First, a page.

People like to remark on our house. It’s unusual, for our neighborhood, especially since the addition.
“Say, you’d know,” a young woman said once, passing by. “What did this use to be? A house?”
We might have gone a little overboard on our addition. We were young. But the new parts were only a few years old at that point, and already our house was shrouded in mystery. As most are. Unless you’ve scooped up a historical house built by a 19th-century lumber baron, you probably don’t know much about your house, even it it’s not that old. Somebody once knew all the answers, but their knowledge has vaporized. Like a virus without a host, it just died out.
That’s why it was so much fun to meet Mrs. Kraxberger soon after we bought the place.
We knew the Kraxbergers lived here. We still got some Kraxberger junk mail, and the neighbor lady said it was the Kraxberger place. You don’t forget a name like Kraxberger. Tiny Mrs. Kraxberger was chauffeured here by a bored and sullen grand-nephew “to visit the old place,” and we’d invited her in.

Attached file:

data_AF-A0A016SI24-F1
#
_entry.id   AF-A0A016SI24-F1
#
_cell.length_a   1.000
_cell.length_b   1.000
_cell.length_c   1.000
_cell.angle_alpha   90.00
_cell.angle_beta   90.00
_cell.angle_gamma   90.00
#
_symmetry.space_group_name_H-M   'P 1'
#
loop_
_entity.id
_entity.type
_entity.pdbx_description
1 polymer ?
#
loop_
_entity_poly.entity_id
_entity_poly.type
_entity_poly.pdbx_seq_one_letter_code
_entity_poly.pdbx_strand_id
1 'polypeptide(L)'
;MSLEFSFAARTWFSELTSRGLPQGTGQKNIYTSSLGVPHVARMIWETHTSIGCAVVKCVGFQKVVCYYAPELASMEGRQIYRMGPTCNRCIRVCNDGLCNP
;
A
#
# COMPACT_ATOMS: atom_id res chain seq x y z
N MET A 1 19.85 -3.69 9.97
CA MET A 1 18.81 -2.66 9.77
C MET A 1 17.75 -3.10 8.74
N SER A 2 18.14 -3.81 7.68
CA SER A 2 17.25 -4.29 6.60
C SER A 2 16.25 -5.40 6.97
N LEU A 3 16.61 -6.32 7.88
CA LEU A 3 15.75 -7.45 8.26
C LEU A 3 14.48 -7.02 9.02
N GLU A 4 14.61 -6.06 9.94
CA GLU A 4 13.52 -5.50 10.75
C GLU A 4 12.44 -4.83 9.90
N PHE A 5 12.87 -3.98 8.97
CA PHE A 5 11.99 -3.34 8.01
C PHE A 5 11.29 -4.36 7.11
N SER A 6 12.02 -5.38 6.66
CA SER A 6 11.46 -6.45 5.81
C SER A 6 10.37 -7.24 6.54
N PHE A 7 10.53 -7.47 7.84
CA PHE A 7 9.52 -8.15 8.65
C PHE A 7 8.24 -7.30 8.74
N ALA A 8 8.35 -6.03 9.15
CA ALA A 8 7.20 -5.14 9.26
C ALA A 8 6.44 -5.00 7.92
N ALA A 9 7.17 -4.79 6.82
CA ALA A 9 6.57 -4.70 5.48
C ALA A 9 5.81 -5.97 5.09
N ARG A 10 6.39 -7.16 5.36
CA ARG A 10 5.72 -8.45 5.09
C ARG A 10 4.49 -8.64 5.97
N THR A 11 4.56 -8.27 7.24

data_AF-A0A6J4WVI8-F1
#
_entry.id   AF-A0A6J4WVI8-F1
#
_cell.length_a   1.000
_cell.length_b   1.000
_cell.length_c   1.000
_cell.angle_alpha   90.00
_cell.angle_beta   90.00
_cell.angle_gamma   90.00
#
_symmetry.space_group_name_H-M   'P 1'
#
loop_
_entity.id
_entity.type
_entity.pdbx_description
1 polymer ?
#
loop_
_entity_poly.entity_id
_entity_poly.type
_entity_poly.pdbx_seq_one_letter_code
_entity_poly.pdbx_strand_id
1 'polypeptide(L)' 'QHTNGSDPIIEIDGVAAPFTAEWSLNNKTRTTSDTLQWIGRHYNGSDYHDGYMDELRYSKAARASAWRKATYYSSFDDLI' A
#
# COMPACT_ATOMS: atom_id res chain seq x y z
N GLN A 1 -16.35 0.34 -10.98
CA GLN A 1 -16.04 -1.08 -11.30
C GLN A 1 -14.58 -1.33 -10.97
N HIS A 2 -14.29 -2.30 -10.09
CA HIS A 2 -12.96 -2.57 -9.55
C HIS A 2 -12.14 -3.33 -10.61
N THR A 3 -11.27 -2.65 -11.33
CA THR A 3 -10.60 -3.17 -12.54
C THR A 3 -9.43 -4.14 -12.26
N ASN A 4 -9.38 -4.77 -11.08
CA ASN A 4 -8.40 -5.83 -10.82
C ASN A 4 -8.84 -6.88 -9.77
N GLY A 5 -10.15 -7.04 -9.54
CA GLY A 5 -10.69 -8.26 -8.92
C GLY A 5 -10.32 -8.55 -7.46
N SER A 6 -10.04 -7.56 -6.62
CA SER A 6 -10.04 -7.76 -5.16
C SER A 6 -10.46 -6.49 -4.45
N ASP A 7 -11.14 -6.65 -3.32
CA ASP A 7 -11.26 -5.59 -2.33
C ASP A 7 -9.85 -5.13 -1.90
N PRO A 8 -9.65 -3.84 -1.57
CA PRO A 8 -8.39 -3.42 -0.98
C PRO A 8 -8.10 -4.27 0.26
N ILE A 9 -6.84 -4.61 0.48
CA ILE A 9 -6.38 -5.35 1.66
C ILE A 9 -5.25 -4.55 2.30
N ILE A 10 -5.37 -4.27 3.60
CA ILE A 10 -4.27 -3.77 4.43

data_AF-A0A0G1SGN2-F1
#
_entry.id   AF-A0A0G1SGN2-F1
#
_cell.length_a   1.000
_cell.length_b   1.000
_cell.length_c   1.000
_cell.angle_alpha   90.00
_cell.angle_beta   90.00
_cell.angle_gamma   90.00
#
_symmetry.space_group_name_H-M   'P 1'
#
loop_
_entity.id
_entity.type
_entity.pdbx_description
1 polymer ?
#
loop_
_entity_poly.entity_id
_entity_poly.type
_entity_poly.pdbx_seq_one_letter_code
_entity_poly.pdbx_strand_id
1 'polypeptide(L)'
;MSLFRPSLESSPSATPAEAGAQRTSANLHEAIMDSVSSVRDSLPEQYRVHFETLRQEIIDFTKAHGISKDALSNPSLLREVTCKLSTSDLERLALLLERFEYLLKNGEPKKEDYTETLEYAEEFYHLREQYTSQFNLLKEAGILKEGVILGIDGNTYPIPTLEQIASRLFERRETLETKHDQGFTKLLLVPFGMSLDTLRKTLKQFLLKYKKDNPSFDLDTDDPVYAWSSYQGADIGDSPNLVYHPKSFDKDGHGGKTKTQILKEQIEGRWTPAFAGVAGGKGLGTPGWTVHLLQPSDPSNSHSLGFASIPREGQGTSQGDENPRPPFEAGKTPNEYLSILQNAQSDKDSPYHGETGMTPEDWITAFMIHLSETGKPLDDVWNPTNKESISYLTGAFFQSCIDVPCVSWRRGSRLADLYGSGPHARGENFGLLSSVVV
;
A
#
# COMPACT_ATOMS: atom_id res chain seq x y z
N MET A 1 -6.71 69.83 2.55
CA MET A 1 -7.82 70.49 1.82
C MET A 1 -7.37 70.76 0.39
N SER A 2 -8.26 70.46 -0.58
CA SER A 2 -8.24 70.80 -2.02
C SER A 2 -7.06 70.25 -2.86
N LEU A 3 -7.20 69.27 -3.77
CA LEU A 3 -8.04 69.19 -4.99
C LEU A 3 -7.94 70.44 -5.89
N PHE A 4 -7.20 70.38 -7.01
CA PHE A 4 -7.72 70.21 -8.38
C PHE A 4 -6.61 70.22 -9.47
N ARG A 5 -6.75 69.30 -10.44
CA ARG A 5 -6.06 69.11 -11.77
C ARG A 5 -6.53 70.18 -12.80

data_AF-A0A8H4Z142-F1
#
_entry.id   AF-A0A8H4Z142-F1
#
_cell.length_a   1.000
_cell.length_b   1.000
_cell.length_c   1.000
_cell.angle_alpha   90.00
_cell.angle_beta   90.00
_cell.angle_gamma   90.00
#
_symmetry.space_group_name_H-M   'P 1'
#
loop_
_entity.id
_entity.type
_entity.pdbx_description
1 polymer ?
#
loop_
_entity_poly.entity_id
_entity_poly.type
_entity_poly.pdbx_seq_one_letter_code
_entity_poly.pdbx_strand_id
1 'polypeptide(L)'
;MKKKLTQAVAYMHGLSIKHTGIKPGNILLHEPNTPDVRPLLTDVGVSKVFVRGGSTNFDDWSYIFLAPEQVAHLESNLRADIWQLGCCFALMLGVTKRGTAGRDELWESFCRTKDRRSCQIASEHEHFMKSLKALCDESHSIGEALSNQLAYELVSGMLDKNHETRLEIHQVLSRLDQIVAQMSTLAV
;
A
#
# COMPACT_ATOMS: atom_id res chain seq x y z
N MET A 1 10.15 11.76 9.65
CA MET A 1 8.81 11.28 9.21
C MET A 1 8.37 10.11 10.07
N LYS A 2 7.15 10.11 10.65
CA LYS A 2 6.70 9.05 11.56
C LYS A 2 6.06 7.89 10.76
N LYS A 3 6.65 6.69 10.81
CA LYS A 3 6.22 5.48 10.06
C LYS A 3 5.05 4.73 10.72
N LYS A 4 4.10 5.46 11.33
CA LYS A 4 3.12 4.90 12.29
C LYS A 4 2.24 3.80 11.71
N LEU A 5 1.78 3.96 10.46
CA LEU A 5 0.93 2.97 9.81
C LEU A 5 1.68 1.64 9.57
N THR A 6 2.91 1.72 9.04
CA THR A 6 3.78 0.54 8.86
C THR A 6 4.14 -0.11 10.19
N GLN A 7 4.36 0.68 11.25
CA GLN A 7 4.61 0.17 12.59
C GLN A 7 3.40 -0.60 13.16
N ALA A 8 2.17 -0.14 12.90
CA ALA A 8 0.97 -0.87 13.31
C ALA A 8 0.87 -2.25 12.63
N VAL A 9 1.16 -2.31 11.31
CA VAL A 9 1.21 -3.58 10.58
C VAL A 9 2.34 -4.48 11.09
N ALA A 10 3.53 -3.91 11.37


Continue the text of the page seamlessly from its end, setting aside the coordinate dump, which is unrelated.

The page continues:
All we knew about our house was it was built in 1926 in a plat called Foxchase Addition. Wrong, said Mrs. K. It was a one-room house her father built around 1906, and added onto later, finally getting dormers on the second floor in 1926. The kids, she said, lived in a tent in the front yard until there was room for them. Her father had never built anything before, she said, with some pride.
At this point, Dave had been drilling judiciously at likely points in the kitchen wall, looking for studs. Some were inches apart, some yards apart. When he couldn’t find a pattern to the construction, he took a SkilSaw to the whole wall in search of studs. Or it might have been a chainsaw, which would have better suited his mood at the time. The windows were truly “hung:” nothing supported them underneath. Wasn’t too much later he noticed the dog’s ball rolled toward the center of the house from every direction. He went into the basement and came up horrified. Evidently Mrs. Kraxberger’s father had decided to put stairs to the basement inside as an afterthought. He’d cut them in but didn’t support the joists afterwards, which were just hanging out, open-ended, with two stories of house on top of them. Dave got some lumber and went to work. The wallpaper ripped as he jacked up the house; there was a vertical displacement of nearly six inches.